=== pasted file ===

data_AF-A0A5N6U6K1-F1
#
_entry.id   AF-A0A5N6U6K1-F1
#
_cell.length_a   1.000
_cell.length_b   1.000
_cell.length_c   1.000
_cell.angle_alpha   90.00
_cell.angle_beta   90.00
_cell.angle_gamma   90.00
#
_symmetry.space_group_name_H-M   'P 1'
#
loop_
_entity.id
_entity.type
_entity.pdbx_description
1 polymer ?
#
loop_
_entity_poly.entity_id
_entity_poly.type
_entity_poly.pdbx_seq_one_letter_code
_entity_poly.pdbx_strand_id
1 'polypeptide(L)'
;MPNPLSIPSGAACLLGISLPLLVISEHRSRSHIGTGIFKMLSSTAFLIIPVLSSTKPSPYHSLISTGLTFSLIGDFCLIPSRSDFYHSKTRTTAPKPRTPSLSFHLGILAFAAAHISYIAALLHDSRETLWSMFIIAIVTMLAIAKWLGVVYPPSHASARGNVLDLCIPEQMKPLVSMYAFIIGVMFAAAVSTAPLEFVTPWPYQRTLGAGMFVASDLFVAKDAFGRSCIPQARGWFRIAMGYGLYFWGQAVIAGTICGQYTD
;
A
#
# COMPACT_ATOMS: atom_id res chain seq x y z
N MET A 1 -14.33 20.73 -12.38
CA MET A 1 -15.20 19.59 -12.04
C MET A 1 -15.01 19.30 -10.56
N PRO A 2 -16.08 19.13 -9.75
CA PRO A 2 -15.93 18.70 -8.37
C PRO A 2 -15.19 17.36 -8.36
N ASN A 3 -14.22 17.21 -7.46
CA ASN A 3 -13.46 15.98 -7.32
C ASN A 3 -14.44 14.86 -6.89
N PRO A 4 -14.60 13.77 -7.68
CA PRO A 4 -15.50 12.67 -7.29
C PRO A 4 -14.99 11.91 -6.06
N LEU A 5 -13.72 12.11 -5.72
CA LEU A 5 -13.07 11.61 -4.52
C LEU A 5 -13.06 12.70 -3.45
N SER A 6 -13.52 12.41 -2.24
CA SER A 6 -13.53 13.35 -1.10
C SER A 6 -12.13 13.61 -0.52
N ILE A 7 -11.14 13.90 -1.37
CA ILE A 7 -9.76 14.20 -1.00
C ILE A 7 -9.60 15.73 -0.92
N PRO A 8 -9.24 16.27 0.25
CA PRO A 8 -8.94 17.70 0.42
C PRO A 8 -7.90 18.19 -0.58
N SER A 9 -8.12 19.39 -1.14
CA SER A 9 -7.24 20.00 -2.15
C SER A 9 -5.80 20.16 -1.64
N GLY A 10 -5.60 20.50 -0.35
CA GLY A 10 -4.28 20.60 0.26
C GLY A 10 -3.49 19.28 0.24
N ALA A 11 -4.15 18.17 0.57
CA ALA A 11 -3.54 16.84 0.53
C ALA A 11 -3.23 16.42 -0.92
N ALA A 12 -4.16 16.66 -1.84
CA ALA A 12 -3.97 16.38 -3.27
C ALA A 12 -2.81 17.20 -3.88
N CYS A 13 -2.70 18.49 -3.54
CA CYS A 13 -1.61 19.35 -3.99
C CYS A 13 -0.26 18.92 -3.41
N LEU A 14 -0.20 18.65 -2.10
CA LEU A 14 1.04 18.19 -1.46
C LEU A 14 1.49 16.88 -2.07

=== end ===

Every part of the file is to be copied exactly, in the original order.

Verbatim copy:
data_AF-A0A5N6U6K1-F1
#
_entry.id   AF-A0A5N6U6K1-F1
#
_cell.length_a   1.000
_cell.length_b   1.000
_cell.length_c   1.000
_cell.angle_alpha   90.00
_cell.angle_beta   90.00
_cell.angle_gamma   90.00
#
_symmetry.space_group_name_H-M   'P 1'
#
loop_
_entity.id
_entity.type
_entity.pdbx_description
1 polymer ?
#
loop_
_entity_poly.entity_id
_entity_poly.type
_entity_poly.pdbx_seq_one_letter_code
_entity_poly.pdbx_strand_id
1 'polypeptide(L)'
;MPNPLSIPSGAACLLGISLPLLVISEHRSRSHIGTGIFKMLSSTAFLIIPVLSSTKPSPYHSLISTGLTFSLIGDFCLIPSRSDFYHSKTRTTAPKPRTPSLSFHLGILAFAAAHISYIAALLHDSRETLWSMFIIAIVTMLAIAKWLGVVYPPSHASARGNVLDLCIPEQMKPLVSMYAFIIGVMFAAAVSTAPLEFVTPWPYQRTLGAGMFVASDLFVAKDAFGRSCIPQARGWFRIAMGYGLYFWGQAVIAGTICGQYTD
;
A
#
# COMPACT_ATOMS: atom_id res chain seq x y z
N MET A 1 -14.33 20.73 -12.38
CA MET A 1 -15.20 19.59 -12.04
C MET A 1 -15.01 19.30 -10.56
N PRO A 2 -16.08 19.13 -9.75
CA PRO A 2 -15.93 18.70 -8.37
C PRO A 2 -15.19 17.36 -8.36
N ASN A 3 -14.22 17.21 -7.46
CA ASN A 3 -13.46 15.98 -7.32
C ASN A 3 -14.44 14.86 -6.89
N PRO A 4 -14.60 13.77 -7.68
CA PRO A 4 -15.50 12.67 -7.29
C PRO A 4 -14.99 11.91 -6.06
N LEU A 5 -13.72 12.11 -5.72
CA LEU A 5 -13.07 11.61 -4.52
C LEU A 5 -13.06 12.70 -3.45
N SER A 6 -13.52 12.41 -2.24
CA SER A 6 -13.53 13.35 -1.10
C SER A 6 -12.13 13.61 -0.52
N ILE A 7 -11.14 13.90 -1.37
CA ILE A 7 -9.76 14.20 -1.00
C ILE A 7 -9.60 15.73 -0.92
N PRO A 8 -9.24 16.27 0.25
CA PRO A 8 -8.94 17.70 0.42
C PRO A 8 -7.90 18.19 -0.58
N SER A 9 -8.12 19.39 -1.14
CA SER A 9 -7.24 20.00 -2.15
C SER A 9 -5.80 20.16 -1.64
N GLY A 10 -5.60 20.50 -0.35
CA GLY A 10 -4.28 20.60 0.26
C GLY A 10 -3.49 19.28 0.24
N ALA A 11 -4.15 18.17 0.57
CA ALA A 11 -3.54 16.84 0.53
C ALA A 11 -3.23 16.42 -0.92
N ALA A 12 -4.16 16.66 -1.84
CA ALA A 12 -3.97 16.38 -3.27
C ALA A 12 -2.81 17.20 -3.88
N CYS A 13 -2.70 18.49 -3.54
CA CYS A 13 -1.61 19.35 -3.99
C CYS A 13 -0.26 18.92 -3.41
N LEU A 14 -0.20 18.65 -2.10
CA LEU A 14 1.04 18.19 -1.46
C LEU A 14 1.49 16.88 -2.07